The US Commodity Futures Trading Commission has given its whistleblower program a needed shot in the arm with several recent, attention-getting whistleblower awards.
In just a three-week span, the CFTC issued five separate orders awarding whistleblowers more than $75 million for the information and assistance they provided that led to major enforcement actions and sanctions. These actions are especially welcome considering the total amount the agency previously awarded to whistleblowers since the CFTC whistleblower program was established in 2011: just $10.6 million in four cases.
While the most recent awards are encouraging news, both the CFTC and the US Securities Exchange Commission whistleblower programs have a big problem: The process for making whistleblower awards is far too slow.
For many whistleblowers who have provided information that the CFTC and the SEC have used to undertake successful enforcement actions, the award process is frustrating and discouraging. The process can be akin to a hamster wheel, as whistleblowers who provided information to the agencies and who have submitted all of the necessary paperwork for an award sometimes feel they are getting nowhere closer to receiving an award.
The SEC says that over the past six fiscal years, it has received approximately 110 whistleblower award applications annually that meet all of the documentation and processing requirements. Yet only a total of 55 whistleblowers have received rewards during those six years. At the CFTC, only nine whistleblower awards have been made.
A recent Wall Street Journal story examined the SEC whistleblower award program and concluded that the reward process can take longer than the average time it takes to investigate and close an enforcement case.
Granted, the number of whistleblower submissions filed with the SEC is exploding – nearly 4,500 in fiscal year 2017 alone – burdening already stretched resources.
However, both the SEC and CFTC need to develop ways to speed up the whistleblower award process so that meritorious claims do not take years to resolve.
The SEC last month proposed changes to the award-determination processto make it more efficient. The proposals include barring individuals from applying for awards if they have submitted three frivolous award applications and being able to quickly dispose of whistleblower applications where there is likely to be a denial, such as when an individual never provided information to the SEC.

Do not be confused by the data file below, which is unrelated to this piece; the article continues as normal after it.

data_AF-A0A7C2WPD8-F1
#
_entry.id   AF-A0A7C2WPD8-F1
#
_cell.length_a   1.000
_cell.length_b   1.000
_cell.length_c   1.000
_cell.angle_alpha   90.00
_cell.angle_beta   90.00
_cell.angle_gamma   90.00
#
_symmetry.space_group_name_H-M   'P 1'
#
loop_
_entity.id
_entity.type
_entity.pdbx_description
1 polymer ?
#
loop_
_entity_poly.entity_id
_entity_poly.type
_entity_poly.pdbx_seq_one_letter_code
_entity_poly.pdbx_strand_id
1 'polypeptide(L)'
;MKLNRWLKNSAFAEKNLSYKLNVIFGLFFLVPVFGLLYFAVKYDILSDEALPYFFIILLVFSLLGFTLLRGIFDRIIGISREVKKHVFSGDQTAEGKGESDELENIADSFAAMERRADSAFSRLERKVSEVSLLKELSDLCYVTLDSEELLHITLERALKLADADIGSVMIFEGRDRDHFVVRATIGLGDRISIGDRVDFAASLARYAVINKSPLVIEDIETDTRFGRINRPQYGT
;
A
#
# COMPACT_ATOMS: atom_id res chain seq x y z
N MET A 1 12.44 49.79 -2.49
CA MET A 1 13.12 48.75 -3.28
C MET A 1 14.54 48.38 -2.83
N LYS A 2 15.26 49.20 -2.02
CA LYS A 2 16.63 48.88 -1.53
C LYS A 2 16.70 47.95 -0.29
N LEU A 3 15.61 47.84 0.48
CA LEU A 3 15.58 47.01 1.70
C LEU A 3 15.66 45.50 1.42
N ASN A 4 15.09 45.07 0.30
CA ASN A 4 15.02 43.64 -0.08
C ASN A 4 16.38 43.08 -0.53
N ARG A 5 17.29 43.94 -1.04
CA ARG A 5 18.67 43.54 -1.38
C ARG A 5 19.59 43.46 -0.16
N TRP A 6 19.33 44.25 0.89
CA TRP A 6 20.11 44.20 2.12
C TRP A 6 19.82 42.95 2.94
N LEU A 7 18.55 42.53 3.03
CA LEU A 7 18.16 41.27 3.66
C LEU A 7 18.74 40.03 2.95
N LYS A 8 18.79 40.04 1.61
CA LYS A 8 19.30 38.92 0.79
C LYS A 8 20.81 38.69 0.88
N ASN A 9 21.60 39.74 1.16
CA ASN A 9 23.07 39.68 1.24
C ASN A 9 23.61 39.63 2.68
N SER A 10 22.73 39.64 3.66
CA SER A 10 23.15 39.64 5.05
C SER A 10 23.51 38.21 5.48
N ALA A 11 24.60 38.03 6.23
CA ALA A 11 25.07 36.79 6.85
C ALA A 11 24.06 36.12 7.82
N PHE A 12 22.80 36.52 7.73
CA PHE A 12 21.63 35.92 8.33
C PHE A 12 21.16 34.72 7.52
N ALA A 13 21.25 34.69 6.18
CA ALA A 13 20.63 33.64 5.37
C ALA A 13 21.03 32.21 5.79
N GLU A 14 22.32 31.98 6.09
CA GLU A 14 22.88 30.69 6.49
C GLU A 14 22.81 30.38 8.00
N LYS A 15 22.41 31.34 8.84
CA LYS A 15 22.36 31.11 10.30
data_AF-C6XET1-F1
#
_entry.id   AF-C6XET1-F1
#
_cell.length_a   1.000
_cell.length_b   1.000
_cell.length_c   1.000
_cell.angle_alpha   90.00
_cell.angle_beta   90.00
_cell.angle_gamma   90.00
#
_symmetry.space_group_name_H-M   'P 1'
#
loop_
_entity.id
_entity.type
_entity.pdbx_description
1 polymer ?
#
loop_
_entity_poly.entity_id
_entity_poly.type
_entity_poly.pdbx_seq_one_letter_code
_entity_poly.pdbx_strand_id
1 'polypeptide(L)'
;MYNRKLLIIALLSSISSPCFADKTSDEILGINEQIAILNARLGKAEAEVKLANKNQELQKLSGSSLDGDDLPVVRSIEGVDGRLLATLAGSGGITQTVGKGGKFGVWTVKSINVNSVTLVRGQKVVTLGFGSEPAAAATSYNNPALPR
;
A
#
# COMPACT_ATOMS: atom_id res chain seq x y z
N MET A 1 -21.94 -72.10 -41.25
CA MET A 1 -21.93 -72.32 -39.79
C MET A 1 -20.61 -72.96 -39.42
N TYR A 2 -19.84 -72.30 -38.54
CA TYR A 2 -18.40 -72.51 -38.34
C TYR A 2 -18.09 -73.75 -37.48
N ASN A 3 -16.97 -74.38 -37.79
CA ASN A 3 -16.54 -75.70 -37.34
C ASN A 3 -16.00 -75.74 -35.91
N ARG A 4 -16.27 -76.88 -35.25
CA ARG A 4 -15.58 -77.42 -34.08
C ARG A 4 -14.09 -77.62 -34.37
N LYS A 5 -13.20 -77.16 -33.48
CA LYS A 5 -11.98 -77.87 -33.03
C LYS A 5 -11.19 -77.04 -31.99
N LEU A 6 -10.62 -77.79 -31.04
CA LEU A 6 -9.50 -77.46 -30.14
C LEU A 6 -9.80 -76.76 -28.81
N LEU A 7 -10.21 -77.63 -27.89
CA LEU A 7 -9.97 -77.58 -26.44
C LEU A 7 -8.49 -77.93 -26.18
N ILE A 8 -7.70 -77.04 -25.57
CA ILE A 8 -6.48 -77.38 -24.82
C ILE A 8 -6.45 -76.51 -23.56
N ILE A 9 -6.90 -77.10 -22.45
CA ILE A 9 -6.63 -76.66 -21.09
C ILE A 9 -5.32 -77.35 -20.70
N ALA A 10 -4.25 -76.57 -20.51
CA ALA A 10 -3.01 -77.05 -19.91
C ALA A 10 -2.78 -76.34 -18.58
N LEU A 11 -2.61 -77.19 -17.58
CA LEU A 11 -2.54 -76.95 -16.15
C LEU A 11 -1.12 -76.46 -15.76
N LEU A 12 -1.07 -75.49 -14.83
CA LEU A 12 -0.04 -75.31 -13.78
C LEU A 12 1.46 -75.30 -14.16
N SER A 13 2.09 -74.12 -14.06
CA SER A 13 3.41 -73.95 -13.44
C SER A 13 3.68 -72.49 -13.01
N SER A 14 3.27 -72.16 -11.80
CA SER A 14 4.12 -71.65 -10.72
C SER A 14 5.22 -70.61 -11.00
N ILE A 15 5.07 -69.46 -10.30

While those changes may help, both the SEC and CFTC need to do more to improve the award process.
For instance, when multiple whistleblowers have filed claims with the agencies involving the same entity or similar illegal conduct, willing whistleblowers and their attorneys need a process whereby they can try to resolve the allocation of a whistleblower award among themselves, without disturbing the agency’s underlying award determination.
This approach often is followed by the US Department of Justice in False Claims Act (“qui tam”) cases in which there are multiple whistleblowers. In many of those instances, the qui tam whistleblowers reach agreement among themselves as to how they will share any ultimate award in the case.
The SEC and CFTC are prohibited by law from disclosing whistleblowers’ identities. However, the agencies could share the names of the attorneys for whistleblowers with other whistleblower attorneys involved in the matter, if specifically requested to do so by the whistleblowers. This would allow whistleblowers to negotiate the sharing of an award, eliminating much of the delay created by individual requests for reconsideration and appeals.
Meanwhile, the CFTC is counting on its recent whistleblower awards to convince more insiders with knowledge of significant wrongdoing in regulated markets to come forward. That certainly has happened at the SEC as a result of the significant whistleblower awards it has made.
“The Whistleblower Program has become an integral component in the agency’s enforcement arsenal,” said CFTC Chairman J. Christopher Giancarlo in a press release about the $30 million whistleblower award the CFTC made July 12. “We hope that an award of this magnitude will incentivize whistleblowers to come forward with valuable information and provide notice to market participants that individuals are reporting quality information about violations of the Commodity Exchange Act.”
There is no doubt that large awards will spur whistleblowers to act. But a steady stream of whistleblower awards that are made within a reasonable time would do even more to convince individuals that the SEC and CFTC programs work for all meritorious whistleblowers – not just a lucky few.